Three keyframes, middle one down.
A more efficient way to make a larger section louder or quieter, though: select the Range Selection tool by pressing R, then drag over an area of a clip, and finally drag the volume level inside that region up or down. This makes four keyframes (two at each end) and changes the volume automatically.
Range selection is useful for adjusting anything bigger than a spike.
You’ve tweaked it, and it’s all too loud, or too quiet? Select the lot, then use Control-plus to make it 1dB louder (or Control-minus to make it 1dB quieter) while keeping relative volume changes intact.
It’s always best to record good audio in the first place, but a little audio enhancement can help a nearly-good recording turn out just fine.
If you want to make two recordings from different locations sound more alike — for example, a studio overdub that should sound like a location clip — that’s not hard. Continuing our example, select the studio clip you want to change, then press Command-Shift-M (or choose Modify > Match Audio). The viewer now gives you instructions: click on the sample clip (the location clip) and press Apply Match.
Also available in the Enhancements “Magic Wand” Menu.
Other options hide in the Inspector’s Audio section. Select a problem clip, then press the right-pointing-arrow in the Audio Enhancements section. Go for the Noise Reduction or Hum Removal options — then promise yourself that you’ll fix them in the studio next time.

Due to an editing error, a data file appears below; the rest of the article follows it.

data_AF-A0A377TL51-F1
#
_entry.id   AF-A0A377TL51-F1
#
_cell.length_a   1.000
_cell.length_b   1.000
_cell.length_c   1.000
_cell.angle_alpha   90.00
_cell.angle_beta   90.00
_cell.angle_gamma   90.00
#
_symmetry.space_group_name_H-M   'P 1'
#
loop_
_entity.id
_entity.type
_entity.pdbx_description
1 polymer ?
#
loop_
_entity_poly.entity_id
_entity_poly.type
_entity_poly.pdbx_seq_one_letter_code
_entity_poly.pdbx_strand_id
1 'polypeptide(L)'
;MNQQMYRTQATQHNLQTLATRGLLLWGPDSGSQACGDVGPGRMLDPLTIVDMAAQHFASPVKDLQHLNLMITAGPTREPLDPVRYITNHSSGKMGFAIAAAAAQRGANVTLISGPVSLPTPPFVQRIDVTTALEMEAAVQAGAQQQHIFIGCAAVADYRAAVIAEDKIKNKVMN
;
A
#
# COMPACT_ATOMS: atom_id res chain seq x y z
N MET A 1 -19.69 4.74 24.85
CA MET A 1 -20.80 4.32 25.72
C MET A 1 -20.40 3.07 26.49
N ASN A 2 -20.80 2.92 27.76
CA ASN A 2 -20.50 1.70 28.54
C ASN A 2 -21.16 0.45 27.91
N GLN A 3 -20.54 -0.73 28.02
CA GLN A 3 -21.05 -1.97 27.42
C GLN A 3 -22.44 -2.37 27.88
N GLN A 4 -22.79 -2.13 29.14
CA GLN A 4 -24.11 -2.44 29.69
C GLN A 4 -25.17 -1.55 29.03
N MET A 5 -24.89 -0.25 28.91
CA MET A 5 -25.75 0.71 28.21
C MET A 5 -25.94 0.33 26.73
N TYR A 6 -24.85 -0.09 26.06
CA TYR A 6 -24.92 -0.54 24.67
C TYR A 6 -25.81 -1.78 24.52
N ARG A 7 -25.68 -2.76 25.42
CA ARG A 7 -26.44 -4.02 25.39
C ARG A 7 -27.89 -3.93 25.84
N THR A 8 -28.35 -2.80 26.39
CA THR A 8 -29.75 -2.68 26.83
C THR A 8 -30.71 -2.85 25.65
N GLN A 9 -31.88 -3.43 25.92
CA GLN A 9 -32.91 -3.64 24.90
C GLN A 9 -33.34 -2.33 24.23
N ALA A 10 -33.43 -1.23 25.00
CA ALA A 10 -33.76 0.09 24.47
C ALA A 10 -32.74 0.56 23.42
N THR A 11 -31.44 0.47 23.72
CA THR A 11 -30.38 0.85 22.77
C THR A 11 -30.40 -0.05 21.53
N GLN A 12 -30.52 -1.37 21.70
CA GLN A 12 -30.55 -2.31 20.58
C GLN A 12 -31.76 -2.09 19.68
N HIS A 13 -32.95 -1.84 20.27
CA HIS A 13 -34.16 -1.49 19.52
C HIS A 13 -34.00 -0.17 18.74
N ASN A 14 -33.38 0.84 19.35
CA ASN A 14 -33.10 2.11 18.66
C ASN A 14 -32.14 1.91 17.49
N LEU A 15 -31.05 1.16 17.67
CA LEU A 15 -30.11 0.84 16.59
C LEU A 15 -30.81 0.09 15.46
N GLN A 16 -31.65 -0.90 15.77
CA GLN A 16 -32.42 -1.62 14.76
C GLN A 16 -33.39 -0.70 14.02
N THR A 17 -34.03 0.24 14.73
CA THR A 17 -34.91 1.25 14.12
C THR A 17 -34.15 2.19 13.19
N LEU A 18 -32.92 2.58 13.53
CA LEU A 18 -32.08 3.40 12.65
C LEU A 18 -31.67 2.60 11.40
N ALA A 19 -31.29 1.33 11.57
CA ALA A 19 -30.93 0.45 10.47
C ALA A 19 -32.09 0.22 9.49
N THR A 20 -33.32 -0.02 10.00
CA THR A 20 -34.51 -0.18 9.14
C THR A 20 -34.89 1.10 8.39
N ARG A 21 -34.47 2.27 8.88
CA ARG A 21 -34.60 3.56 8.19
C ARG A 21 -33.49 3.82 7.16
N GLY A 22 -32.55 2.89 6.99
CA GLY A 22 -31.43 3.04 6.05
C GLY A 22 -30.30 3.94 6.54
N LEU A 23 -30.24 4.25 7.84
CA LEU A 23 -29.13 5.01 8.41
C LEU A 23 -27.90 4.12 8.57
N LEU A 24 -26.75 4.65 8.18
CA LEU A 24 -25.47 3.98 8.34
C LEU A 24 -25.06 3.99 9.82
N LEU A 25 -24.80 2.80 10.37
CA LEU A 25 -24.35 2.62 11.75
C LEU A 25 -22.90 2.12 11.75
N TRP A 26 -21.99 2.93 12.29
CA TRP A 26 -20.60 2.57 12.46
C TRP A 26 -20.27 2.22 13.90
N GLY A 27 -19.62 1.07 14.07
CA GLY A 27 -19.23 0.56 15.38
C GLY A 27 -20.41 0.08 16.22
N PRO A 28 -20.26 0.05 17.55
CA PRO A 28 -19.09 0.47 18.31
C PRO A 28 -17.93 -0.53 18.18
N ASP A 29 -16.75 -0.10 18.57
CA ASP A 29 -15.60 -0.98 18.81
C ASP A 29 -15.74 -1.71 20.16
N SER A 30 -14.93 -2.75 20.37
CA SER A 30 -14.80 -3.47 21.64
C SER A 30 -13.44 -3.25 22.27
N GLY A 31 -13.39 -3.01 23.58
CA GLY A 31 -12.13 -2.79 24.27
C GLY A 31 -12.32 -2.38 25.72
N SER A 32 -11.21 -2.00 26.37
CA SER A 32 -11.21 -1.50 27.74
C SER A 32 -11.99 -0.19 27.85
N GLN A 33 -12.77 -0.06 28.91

If you use Noise Reduction, beware the underwater robot.
We’ve now reviewed the piece, tightened up all the edits by making them shorter, then finessed with ripple, roll, slip and slide to get everything in the right place. Auditions have been reviewed, at least some of the edits have been split and softened, and made the audio sound more consistent. Next up: color grading.
Iain Anderson is an editor, animator, designer, developer and Apple Certified Trainer based in Brisbane, Australia. He has taught privately and in tertiary institutions, and has freelanced for Microsoft and the Queensland Government. Comfortable with anything from Quartz Composer to Second Life and Final Cut Pro to Adobe Creative Suite, he has laid out books, booklets, brochures and business cards; retouched magazine covers and product packaging, shot and edited short films and animated for HD broadcast TV, film festivals and for the web.